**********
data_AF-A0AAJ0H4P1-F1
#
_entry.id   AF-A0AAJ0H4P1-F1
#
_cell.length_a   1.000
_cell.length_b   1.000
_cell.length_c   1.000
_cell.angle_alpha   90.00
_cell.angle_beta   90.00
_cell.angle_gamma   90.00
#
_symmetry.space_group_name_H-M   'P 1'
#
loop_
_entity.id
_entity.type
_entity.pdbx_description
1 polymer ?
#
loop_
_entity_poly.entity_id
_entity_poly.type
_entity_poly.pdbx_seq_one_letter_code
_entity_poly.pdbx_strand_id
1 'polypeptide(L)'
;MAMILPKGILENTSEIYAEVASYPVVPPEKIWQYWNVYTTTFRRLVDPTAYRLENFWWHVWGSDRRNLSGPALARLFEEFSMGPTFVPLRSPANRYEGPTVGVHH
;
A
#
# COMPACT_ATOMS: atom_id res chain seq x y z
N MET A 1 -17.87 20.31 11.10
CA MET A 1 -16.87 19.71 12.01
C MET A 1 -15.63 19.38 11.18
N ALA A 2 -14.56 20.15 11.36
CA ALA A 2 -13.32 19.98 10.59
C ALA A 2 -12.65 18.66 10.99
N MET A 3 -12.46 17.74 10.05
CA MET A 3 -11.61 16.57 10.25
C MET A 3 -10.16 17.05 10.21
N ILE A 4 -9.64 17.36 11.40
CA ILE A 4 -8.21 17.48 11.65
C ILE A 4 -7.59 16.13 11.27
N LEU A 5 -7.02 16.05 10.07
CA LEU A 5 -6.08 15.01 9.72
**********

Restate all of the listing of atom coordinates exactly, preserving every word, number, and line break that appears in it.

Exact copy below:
data_AF-A0AAJ0H4P1-F1
#
_entry.id   AF-A0AAJ0H4P1-F1
#
_cell.length_a   1.000
_cell.length_b   1.000
_cell.length_c   1.000
_cell.angle_alpha   90.00
_cell.angle_beta   90.00
_cell.angle_gamma   90.00
#
_symmetry.space_group_name_H-M   'P 1'
#
loop_
_entity.id
_entity.type
_entity.pdbx_description
1 polymer ?
#
loop_
_entity_poly.entity_id
_entity_poly.type
_entity_poly.pdbx_seq_one_letter_code
_entity_poly.pdbx_strand_id
1 'polypeptide(L)'
;MAMILPKGILENTSEIYAEVASYPVVPPEKIWQYWNVYTTTFRRLVDPTAYRLENFWWHVWGSDRRNLSGPALARLFEEFSMGPTFVPLRSPANRYEGPTVGVHH
;
A
#
# COMPACT_ATOMS: atom_id res chain seq x y z
N MET A 1 -17.87 20.31 11.10
CA MET A 1 -16.87 19.71 12.01
C MET A 1 -15.63 19.38 11.18
N ALA A 2 -14.56 20.15 11.36
CA ALA A 2 -13.32 19.98 10.59
C ALA A 2 -12.65 18.66 10.99
N MET A 3 -12.46 17.74 10.05
CA MET A 3 -11.61 16.57 10.25
C MET A 3 -10.16 17.05 10.21
N ILE A 4 -9.64 17.36 11.40
CA ILE A 4 -8.21 17.48 11.65
C ILE A 4 -7.59 16.13 11.27
N LEU A 5 -7.02 16.05 10.07
CA LEU A 5 -6.08 15.01 9.72